Vegetable Seed Production
Vegetable seed technology
Although some vegetables like potatoes are vegetatively propagated,
most are established from seeds. Using quality seeds is a prerequisite
for successful vegetable production. Although many of the F-1 hybrid seeds
used today are more expensive than the open-pollinated seeds used in the
past, vegetable seeds are still a rather small investment compared to
other production costs.
It is generally unwise to cut costs by saving a few dollars on seeds
of a substandard cultivar or by purchasing lower quality seeds. Cutting
corners on seed costs will generally end up costing even more because
of lost revenues from lower yields. Like so many other areas of agriculture,
seed handling practices have changed dramatically over the years. For
generations, farmers saved their own vegetable seeds and maintained their
own cultivars. More recently, seeds were often obtained from local agricultural
retailers. Today, vegetable growers are faced with a wide array of seed
treatments and cultivars that may be purchased from sources around the
There are many companies that sell vegetable seeds. However, the number
of companies that actually grow their own seeds and develop new cultivars
has been steadily decreasing over the past 50 years. Like other industries,
the seed industry is rapidly becoming highly specialized.
For example, some companies specialize in retail sales. Of these companies,
there are those that specialize in the home garden trade and others who
deal with commercial growers. Some seed companies specialize in seed production
and cultivar development and do not retail the seeds they produce, while
other companies are involved in all aspects of the seed trade. Several
companies do not sell seeds but specialize in coating seeds produced by
other companies. Some companies specialize in specific crops such as the
Hollar Seed Company which only produces cucurbit seeds and wholesales
them to companies specializing in retail sales.
Many of the large vegetable seed companies are multinational. Very few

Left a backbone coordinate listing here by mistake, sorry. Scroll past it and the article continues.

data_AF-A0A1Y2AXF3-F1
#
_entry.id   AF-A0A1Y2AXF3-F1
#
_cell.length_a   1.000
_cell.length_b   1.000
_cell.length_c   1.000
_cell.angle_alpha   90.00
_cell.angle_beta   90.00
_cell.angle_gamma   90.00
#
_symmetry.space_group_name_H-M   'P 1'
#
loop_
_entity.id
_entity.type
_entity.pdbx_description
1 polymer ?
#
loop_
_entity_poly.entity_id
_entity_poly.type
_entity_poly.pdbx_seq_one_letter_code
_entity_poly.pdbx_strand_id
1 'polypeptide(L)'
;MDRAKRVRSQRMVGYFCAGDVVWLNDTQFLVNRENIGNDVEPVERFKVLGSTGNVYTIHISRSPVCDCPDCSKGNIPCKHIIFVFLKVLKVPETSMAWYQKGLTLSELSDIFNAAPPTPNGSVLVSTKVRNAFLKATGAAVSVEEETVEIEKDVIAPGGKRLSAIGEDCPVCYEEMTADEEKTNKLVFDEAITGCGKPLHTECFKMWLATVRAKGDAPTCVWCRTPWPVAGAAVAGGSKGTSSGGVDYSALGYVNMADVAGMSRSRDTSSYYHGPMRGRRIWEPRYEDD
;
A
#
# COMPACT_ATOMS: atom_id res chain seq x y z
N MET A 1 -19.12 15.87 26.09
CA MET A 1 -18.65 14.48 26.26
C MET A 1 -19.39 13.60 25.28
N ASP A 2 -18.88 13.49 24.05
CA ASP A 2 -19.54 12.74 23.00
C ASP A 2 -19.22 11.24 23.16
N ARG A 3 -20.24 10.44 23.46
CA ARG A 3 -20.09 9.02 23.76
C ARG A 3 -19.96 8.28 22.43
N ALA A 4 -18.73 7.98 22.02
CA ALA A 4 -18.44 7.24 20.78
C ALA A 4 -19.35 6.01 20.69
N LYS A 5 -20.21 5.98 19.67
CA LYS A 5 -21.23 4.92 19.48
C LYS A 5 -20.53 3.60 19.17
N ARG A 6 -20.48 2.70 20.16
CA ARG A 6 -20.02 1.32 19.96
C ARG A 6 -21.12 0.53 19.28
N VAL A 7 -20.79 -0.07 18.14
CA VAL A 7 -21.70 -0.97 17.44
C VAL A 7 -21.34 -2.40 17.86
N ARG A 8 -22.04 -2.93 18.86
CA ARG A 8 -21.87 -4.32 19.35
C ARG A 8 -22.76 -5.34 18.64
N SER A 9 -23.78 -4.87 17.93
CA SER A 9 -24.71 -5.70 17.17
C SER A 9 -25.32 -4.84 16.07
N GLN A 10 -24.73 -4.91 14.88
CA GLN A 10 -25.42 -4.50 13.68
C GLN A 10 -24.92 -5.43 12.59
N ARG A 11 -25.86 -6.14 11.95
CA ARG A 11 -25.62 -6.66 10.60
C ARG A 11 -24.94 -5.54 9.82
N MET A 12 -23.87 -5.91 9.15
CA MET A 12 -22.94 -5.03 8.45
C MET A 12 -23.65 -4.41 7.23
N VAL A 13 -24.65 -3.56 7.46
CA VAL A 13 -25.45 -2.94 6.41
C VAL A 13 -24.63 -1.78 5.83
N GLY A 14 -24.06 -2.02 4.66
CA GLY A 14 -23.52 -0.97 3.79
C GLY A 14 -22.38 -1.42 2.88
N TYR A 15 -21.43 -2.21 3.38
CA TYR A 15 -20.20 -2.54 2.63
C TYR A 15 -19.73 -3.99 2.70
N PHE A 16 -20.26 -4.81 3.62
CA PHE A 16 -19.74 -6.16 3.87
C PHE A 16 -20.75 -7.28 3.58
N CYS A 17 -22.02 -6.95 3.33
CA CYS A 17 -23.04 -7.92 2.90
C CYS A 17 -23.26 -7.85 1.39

of these companies are privately owned. Many are owned by other large
multinational corporations. For example, Petoseed, Royal Sluis, Asgrow
vegetable seeds and several other seed companies are now all owned by
the Mexican Company, Seminis.
Seed Act specifies minimum standards for vegetable seed quality
and labeling. Each state also has a seed law that is similar to
the federal seed law. All vegetable seeds sold commercially must
meet standards for minimum germination percentage, be true-to-type, and
not exceed tolerances for inert matter. State seed laws may have additional
restrictions on noxious weed seed content and package labeling requirements.
germination tests used to verify viability are conducted under optimal
conditions for each species as specified by the Association of Official
Seed Analysts. >>
However, these tests provide little information about the vigor of seeds.
A simple definition of vigor would be the ability of the seeds
to germinate under stressful conditions. Unfortunately, there
are no minimum standards for seed vigor in either the state or federal
State Seed Labs
Each state has a lab that will test for viability, purity, and freedom
from noxious weed seeds. The Virginia State Seed lab is in Richmond. These
labs will also test seed samples from the public for a small fee. In most
cases, state and federal agencies monitor vegetable seed sales to ensure
that they conform to state and federal standards. Most prepackaged seeds